SciELO - Scientific Electronic Library Online

vol.63 issue5Hot pepper (Capsicum chinense, Jacq.) inheritance of reaction to powdery mildewPilocarpine content and molecular diversity in jaborandi author indexsubject indexarticles search
Home Pagealphabetic serial listing  

Services on Demand




Related links


Scientia Agricola

On-line version ISSN 1678-992X

Sci. agric. (Piracicaba, Braz.) vol.63 no.5 Piracicaba Sept./Oct. 2006 



Phytoplasma associated with shoot proliferation in begonia


Associação de fitoplasma ao superbrotamento de begônia



Luiz Fernando Caldeira RibeiroI; Ana Paula de Oliveira Amaral MelloI; Ivan Paulo BedendoI, *; Ricardo GioriaII

IUSP/ESALQ - Depto. de Entomologia, Fitopatologia e Zoologia Agrícola, C.P. 09 - 13418-900 - Piracicaba, SP - Brasil
IISakata Seed Sudamérica, C.P. 427 - 12906-840 - Bragança Paulista, SP - Brasil




Begonia is a very appreciated genus of ornamental plants, of economic relevancy, having species of flowers and foliage. In commercial croppings, plants exhibiting characteristic symptoms of phytoplasma infection have been observed, such as shoot proliferation, reduced plant, size small leaves and flowers, and phyllody. Leaves were sampled and total DNA was extracted to be used in nested Polymerase Chain Reaction (PCR), in order to detect and identify an expected phytoplasma. The results confirmed consistently the presence of a phytoplasma associated with symptomatic plants through the amplification of a typical genomic fragment of 1.2 kb by using the universal primers R16mF2/mR1 and R16F2n/R2. The use of specific primers R16(III)F2/R1 allowed to identify the phytoplasma detected as a representative of the group 16SrIII. This information is very expressive, because different diseases caused by fungus, bacteria, virus and nematodes have been reported for begonia, however, reports have not been found for begonia diseases associated with phytoplasmas.

Key words: Mollicutes, yellows, phytopathogenic prokaryotes


Begônia é um gênero muito apreciado de plantas ornamentais, de relevância econômica, compreendendo espécies de flores e de folhagem. Em cultivo comercial foram observadas plantas apresentando sintomas característicos de infecção por fitoplasma, entre eles superbrotamento de ramos, redução no porte da planta, folhas e flores pequenas e filodia. A partir de amostras foliares foi feita extração de DNA para ser usado em duplo Polymerase Chain Reaction (PCR), visando 'a detecção de fitoplasma em tecido doente e a sua identificação ao nível de grupo de classificação. Os testes revelaram consistemente a associação de fitoplasma com os sintomas da doença, através da amplificação de um fragmento genômico típico de 1,2kb para os iniciadores universais R16mF2/mR1 e R16F2n/R2, usados na reação de PCR. O emprego de iniciadores específicos R16(III)F2/R1 permitiu identificar o fitoplasma detectado como um representante do grupo 16SrIII. Este é um resultado expressivo, pois diversas doenças causadas por fungos, bactérias, vírus e nematóides têm sido relatadas para begônia, no entanto, não têm sido encontrados relatos para doenças de begônia associadas a fitoplasmas.

Palavras-chave: molicutes, amarelos, procarioto fitopatogênico




Diseases associated with phytoplasmas have been reported in a diversity of plants cultivated in Brazil, including some ornamental species as daisy (Crysanthemum parthenium), aster (Collistephus chinensis), strawflower (Helichrysum bracteatum (Kitajima, 1994) and periwinkle (Catharantus roseus) (Barros, 2002). The symptoms caused by phytoplasmas can be very similar to those incited by other pathogens, chemicals, nutritional factors and genetic abnormality, so that detection of phytoplasmas is important for disease diagnosis (Lee et al., 2000). Because phytoplasmas are not isolated in culture media, the electronic transmission microscopy and the technique of Polymerase Chain Reaction (PCR) have been useful tools used as routine to demonstrate the presence of phytoplasmas in symptomatic plants.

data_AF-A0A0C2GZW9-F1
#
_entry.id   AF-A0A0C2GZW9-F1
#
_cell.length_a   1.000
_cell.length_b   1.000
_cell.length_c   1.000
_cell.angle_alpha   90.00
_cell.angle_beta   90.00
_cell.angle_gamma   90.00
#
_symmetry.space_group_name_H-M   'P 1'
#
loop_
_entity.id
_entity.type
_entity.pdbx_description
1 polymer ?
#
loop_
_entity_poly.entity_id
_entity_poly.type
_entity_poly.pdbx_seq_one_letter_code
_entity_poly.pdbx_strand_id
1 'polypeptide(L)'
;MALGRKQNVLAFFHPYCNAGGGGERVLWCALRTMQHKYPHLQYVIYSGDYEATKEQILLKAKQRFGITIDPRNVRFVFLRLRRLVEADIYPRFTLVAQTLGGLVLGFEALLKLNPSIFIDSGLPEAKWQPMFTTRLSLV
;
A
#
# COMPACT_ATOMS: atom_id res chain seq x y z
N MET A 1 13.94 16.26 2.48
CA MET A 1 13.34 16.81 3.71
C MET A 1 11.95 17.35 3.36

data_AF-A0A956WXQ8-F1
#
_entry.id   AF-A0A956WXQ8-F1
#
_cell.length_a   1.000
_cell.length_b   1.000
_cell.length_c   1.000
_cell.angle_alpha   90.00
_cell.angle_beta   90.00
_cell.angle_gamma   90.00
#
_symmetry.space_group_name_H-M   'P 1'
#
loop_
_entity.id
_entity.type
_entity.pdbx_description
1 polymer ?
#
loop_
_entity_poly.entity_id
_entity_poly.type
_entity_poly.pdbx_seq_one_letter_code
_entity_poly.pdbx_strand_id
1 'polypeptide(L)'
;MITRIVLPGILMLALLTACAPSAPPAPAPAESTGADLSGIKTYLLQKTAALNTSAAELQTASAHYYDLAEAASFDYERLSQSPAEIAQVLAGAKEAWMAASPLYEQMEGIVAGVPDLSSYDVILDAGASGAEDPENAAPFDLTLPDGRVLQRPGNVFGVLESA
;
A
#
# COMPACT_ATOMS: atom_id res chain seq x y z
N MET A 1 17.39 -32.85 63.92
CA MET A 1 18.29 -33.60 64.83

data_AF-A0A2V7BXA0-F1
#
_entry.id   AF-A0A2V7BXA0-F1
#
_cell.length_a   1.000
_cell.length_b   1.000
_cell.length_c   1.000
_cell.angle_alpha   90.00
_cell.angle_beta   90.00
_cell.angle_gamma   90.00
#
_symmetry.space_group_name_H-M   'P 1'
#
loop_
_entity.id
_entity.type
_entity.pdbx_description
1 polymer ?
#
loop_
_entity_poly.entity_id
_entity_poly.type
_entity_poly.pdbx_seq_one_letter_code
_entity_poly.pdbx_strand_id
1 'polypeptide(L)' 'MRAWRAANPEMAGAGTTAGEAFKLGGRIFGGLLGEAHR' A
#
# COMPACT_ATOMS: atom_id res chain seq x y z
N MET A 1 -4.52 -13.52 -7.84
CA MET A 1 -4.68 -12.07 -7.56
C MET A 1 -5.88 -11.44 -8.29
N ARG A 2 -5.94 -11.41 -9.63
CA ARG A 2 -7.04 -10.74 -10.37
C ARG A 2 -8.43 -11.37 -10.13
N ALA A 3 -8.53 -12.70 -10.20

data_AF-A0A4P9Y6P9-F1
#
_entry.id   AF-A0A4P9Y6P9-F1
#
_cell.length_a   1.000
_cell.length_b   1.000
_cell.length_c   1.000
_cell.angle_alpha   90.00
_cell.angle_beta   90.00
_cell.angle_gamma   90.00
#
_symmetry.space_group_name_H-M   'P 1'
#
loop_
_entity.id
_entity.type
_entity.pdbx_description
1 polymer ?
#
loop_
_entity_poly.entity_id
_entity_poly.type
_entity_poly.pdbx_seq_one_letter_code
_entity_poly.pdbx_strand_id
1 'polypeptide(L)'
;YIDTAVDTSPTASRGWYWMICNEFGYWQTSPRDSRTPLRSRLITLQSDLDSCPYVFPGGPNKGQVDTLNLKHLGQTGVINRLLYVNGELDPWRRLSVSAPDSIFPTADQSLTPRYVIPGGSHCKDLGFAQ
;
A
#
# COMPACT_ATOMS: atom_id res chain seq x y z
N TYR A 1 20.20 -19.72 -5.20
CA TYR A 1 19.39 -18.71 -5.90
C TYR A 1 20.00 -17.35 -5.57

The plants known as begonias (Begonia spp.) represent more than a thousand species native from Africa and tropical regions of America (Larson, 1980). These species can be used as foliage or flowers of varied coloration, usually commercialized in pots or to constitute gardens, very appreciated among the ornamentals (Reynolds et al., 1998). In begonia crops, diseases caused for fungus, bacteria, viruses and nematodes demand an efficient control to avoid damages and depreciation of the economic value of specimens (Daughtrey et al., 1995).

In a commercial enterprise of begonia cultivation, located in Holambra, SP, Brazil, some plants presented reduction in size in comparison with normal plants, moderate proliferation of shoots, internode shortening and reduced size of leaves and flowers (Figure 1). The phyllody, a symptom typically attributed to phytoplasma, was also observed in diseased plants, characterized by leaves replacing petals. Thus, the objective of present study was to demonstrate the presence of phytoplasma in tissues of symptomatic plants and identify it.




Leaf samples were collected from infected and asymptomatic plants grown in pots, of floricultural crops. DNA for use as template in PCR reactions was extracted from fresh tissue according to a methodology described elsewhere (Lee et al., 1993).

Phytoplasma detection was conducted by the nested PCR method to amplify the 16S rDNA region using the universal primer pairs R16mF2/mR1 and R16F2n/R2 (Gundersen & Lee, 1996). DNA amplified in PCR primed by the first primer pair was diluted 1:50 with water and used as template in PCR primed by the second primer pair. PCR was carried out in a final volume of 25 µL as previously described (Gundersen & Lee, 1996) for 35 cycles, following the steps: 1 min for denaturation at 94ºC (2 min for the first cycle), 2 min for annealing at 50ºC, and 3 min for primer extension at 72ºC (7 min in the final cycle). The DNA amplified fragments were analyzed by electrophoresis through 1% agarose gel, stained with ethidium bromide, and DNA bands were visualized using a ultraviolet transilluminator. DNA sample from diseased chayote plant was used as positive control and nucleic acid from asymptomatic begonia plant and water as templated were used as negative controls. DNA fragment size standard was 1kb Ladder (Life Technologies).